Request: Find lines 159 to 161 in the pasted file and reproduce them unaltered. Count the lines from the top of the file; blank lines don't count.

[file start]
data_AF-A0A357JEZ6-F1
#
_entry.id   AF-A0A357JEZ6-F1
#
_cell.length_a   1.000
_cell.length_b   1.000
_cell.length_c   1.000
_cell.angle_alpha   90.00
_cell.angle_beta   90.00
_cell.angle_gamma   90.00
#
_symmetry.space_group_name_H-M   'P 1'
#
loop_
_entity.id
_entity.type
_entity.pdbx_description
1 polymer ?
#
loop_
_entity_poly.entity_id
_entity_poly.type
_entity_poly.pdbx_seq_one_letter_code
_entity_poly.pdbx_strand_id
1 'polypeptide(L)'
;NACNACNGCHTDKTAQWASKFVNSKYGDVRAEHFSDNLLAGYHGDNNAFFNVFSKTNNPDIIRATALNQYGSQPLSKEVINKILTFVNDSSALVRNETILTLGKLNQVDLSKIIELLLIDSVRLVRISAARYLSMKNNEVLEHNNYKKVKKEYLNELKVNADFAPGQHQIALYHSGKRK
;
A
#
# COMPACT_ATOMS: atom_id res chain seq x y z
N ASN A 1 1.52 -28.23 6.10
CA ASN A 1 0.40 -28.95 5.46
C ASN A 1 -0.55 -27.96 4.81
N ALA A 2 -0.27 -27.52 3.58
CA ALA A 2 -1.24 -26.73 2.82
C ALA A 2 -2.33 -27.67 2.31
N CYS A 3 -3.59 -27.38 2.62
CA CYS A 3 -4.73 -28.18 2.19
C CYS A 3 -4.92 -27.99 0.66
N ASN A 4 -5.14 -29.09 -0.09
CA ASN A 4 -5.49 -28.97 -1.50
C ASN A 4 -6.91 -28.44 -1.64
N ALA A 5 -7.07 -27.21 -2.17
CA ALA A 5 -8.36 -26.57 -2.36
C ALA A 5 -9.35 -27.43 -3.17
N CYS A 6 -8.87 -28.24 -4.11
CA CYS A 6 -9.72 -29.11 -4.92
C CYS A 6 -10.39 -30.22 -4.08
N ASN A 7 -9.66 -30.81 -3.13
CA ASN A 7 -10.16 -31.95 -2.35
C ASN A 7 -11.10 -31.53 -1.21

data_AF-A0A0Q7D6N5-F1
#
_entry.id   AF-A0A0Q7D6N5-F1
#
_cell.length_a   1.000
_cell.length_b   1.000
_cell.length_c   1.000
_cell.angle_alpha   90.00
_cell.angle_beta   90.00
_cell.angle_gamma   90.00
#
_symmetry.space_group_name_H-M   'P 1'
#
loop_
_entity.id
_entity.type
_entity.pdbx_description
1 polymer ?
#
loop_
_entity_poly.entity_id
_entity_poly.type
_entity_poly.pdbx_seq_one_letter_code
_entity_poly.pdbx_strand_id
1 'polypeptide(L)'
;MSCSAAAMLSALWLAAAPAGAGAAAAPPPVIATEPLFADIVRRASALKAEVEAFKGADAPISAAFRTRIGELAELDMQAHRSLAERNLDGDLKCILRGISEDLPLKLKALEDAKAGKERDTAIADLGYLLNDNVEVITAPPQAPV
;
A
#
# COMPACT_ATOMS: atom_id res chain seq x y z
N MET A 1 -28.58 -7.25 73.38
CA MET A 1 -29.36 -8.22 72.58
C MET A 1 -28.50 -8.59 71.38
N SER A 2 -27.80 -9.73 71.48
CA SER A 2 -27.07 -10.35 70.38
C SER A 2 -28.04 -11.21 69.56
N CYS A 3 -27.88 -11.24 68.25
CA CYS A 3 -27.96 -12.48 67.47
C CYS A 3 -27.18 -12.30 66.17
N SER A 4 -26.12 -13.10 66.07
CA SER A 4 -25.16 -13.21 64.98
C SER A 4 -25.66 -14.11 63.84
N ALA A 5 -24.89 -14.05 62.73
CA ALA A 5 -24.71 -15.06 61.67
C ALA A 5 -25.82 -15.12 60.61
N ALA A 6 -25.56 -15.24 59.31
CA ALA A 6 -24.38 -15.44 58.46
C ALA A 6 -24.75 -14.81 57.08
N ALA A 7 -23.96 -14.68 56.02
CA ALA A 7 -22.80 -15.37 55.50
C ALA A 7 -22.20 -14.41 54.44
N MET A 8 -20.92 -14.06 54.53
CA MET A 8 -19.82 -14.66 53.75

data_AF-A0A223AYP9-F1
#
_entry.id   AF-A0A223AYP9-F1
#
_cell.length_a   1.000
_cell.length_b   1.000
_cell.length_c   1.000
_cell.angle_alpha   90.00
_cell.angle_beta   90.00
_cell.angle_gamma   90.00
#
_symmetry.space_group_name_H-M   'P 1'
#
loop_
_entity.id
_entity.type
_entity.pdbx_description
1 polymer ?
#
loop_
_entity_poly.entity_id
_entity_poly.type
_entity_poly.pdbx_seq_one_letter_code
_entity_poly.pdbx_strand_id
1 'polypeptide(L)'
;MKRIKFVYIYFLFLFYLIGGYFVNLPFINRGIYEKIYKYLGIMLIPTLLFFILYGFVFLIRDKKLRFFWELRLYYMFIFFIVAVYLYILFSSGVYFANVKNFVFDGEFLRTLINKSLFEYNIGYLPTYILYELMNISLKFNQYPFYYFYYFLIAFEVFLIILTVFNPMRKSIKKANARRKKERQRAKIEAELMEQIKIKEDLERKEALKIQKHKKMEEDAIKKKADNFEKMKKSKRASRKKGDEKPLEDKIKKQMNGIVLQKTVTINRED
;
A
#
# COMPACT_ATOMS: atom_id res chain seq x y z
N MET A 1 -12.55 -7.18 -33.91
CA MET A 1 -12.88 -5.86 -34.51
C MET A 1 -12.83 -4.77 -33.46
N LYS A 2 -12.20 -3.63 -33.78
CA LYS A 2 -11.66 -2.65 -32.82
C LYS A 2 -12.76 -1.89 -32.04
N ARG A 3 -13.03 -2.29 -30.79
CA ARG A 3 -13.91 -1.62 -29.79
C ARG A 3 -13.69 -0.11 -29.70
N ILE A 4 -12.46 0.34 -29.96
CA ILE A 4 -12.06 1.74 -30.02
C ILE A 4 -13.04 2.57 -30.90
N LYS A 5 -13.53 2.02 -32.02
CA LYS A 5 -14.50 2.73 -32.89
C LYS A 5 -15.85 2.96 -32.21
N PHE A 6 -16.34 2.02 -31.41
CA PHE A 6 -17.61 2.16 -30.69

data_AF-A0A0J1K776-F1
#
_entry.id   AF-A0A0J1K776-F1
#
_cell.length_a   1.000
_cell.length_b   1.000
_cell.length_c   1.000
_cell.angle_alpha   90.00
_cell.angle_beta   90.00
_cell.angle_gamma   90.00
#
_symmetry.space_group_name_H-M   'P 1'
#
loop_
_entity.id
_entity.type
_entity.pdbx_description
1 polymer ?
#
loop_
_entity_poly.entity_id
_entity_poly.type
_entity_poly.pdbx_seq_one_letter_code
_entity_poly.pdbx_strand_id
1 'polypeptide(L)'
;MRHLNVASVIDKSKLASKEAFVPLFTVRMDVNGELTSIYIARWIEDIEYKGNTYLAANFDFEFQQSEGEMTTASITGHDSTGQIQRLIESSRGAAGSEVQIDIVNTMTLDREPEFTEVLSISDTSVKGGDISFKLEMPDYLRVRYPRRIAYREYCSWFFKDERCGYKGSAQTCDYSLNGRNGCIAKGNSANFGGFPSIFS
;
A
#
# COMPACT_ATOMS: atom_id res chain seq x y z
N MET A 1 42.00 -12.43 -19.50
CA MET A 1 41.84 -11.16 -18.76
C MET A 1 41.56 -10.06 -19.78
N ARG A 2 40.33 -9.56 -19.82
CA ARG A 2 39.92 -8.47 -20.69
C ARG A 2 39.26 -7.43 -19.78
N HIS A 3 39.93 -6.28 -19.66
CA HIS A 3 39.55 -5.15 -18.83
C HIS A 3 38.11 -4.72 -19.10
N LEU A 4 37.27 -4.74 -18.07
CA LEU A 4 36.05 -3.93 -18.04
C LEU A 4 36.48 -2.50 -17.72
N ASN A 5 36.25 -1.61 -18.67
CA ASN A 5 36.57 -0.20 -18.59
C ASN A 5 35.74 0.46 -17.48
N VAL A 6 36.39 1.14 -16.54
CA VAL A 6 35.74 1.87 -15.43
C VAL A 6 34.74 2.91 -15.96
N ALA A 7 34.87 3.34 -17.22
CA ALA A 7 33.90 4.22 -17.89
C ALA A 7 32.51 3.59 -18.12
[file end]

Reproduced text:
_cell.angle_alpha   90.00
_cell.angle_beta   90.00
_cell.angle_gamma   90.00